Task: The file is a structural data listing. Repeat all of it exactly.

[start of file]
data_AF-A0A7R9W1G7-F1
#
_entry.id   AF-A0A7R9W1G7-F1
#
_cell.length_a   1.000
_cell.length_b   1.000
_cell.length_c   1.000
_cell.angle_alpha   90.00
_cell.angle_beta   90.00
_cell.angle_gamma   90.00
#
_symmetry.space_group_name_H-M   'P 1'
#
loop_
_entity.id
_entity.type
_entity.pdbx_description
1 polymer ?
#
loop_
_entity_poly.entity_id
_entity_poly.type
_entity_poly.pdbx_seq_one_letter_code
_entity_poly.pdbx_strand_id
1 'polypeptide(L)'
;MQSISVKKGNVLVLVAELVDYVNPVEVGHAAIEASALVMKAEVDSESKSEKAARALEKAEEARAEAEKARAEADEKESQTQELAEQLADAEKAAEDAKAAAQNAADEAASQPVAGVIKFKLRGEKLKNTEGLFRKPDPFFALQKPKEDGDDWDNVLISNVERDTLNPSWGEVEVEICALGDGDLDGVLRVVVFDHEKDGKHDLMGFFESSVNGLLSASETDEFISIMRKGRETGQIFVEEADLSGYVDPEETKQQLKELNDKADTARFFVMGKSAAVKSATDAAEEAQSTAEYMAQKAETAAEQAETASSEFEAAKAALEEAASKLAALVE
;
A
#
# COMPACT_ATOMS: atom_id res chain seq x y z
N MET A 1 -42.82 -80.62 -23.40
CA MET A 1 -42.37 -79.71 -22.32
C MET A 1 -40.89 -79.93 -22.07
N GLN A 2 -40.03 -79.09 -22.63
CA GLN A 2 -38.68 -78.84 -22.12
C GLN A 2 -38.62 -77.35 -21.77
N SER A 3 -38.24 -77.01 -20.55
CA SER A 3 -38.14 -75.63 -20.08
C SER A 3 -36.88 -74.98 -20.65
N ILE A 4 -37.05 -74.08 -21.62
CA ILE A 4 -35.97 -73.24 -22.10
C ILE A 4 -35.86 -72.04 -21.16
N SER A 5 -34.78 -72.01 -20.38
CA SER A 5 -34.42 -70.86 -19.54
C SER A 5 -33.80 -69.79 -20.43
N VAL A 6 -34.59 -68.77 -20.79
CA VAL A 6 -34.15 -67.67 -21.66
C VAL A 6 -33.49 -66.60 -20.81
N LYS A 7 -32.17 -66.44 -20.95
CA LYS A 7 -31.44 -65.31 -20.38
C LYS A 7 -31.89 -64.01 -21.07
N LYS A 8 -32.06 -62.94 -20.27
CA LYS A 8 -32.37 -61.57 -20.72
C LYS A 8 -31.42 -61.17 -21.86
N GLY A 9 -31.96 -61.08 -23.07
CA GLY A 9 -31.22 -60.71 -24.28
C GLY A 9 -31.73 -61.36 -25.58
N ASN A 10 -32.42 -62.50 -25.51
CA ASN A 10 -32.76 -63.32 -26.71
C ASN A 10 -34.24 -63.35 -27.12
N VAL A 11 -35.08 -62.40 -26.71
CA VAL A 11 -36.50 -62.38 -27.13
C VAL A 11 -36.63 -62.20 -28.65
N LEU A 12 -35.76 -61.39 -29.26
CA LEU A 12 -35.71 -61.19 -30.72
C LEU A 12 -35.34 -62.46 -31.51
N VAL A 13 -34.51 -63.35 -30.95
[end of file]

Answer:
data_AF-A0A7R9W1G7-F1
#
_entry.id   AF-A0A7R9W1G7-F1
#
_cell.length_a   1.000
_cell.length_b   1.000
_cell.length_c   1.000
_cell.angle_alpha   90.00
_cell.angle_beta   90.00
_cell.angle_gamma   90.00
#
_symmetry.space_group_name_H-M   'P 1'
#
loop_
_entity.id
_entity.type
_entity.pdbx_description
1 polymer ?
#
loop_
_entity_poly.entity_id
_entity_poly.type
_entity_poly.pdbx_seq_one_letter_code
_entity_poly.pdbx_strand_id
1 'polypeptide(L)'
;MQSISVKKGNVLVLVAELVDYVNPVEVGHAAIEASALVMKAEVDSESKSEKAARALEKAEEARAEAEKARAEADEKESQTQELAEQLADAEKAAEDAKAAAQNAADEAASQPVAGVIKFKLRGEKLKNTEGLFRKPDPFFALQKPKEDGDDWDNVLISNVERDTLNPSWGEVEVEICALGDGDLDGVLRVVVFDHEKDGKHDLMGFFESSVNGLLSASETDEFISIMRKGRETGQIFVEEADLSGYVDPEETKQQLKELNDKADTARFFVMGKSAAVKSATDAAEEAQSTAEYMAQKAETAAEQAETASSEFEAAKAALEEAASKLAALVE
;
A
#
# COMPACT_ATOMS: atom_id res chain seq x y z
N MET A 1 -42.82 -80.62 -23.40
CA MET A 1 -42.37 -79.71 -22.32
C MET A 1 -40.89 -79.93 -22.07
N GLN A 2 -40.03 -79.09 -22.63
CA GLN A 2 -38.68 -78.84 -22.12
C GLN A 2 -38.62 -77.35 -21.77
N SER A 3 -38.24 -77.01 -20.55
CA SER A 3 -38.14 -75.63 -20.08
C SER A 3 -36.88 -74.98 -20.65
N ILE A 4 -37.05 -74.08 -21.62
CA ILE A 4 -35.97 -73.24 -22.10
C ILE A 4 -35.86 -72.04 -21.16
N SER A 5 -34.78 -72.01 -20.38
CA SER A 5 -34.42 -70.86 -19.54
C SER A 5 -33.80 -69.79 -20.43
N VAL A 6 -34.59 -68.77 -20.79
CA VAL A 6 -34.15 -67.67 -21.66
C VAL A 6 -33.49 -66.60 -20.81
N LYS A 7 -32.17 -66.44 -20.95
CA LYS A 7 -31.44 -65.31 -20.38
C LYS A 7 -31.89 -64.01 -21.07
N LYS A 8 -32.06 -62.94 -20.27
CA LYS A 8 -32.37 -61.57 -20.72
C LYS A 8 -31.42 -61.17 -21.86
N GLY A 9 -31.96 -61.08 -23.07
CA GLY A 9 -31.22 -60.71 -24.28
C GLY A 9 -31.73 -61.36 -25.58
N ASN A 10 -32.42 -62.50 -25.51
CA ASN A 10 -32.76 -63.32 -26.71
C ASN A 10 -34.24 -63.35 -27.12
N VAL A 11 -35.08 -62.40 -26.71
CA VAL A 11 -36.50 -62.38 -27.13
C VAL A 11 -36.63 -62.20 -28.65
N LEU A 12 -35.76 -61.39 -29.26
CA LEU A 12 -35.71 -61.19 -30.72
C LEU A 12 -35.34 -62.46 -31.51
N VAL A 13 -34.51 -63.35 -30.95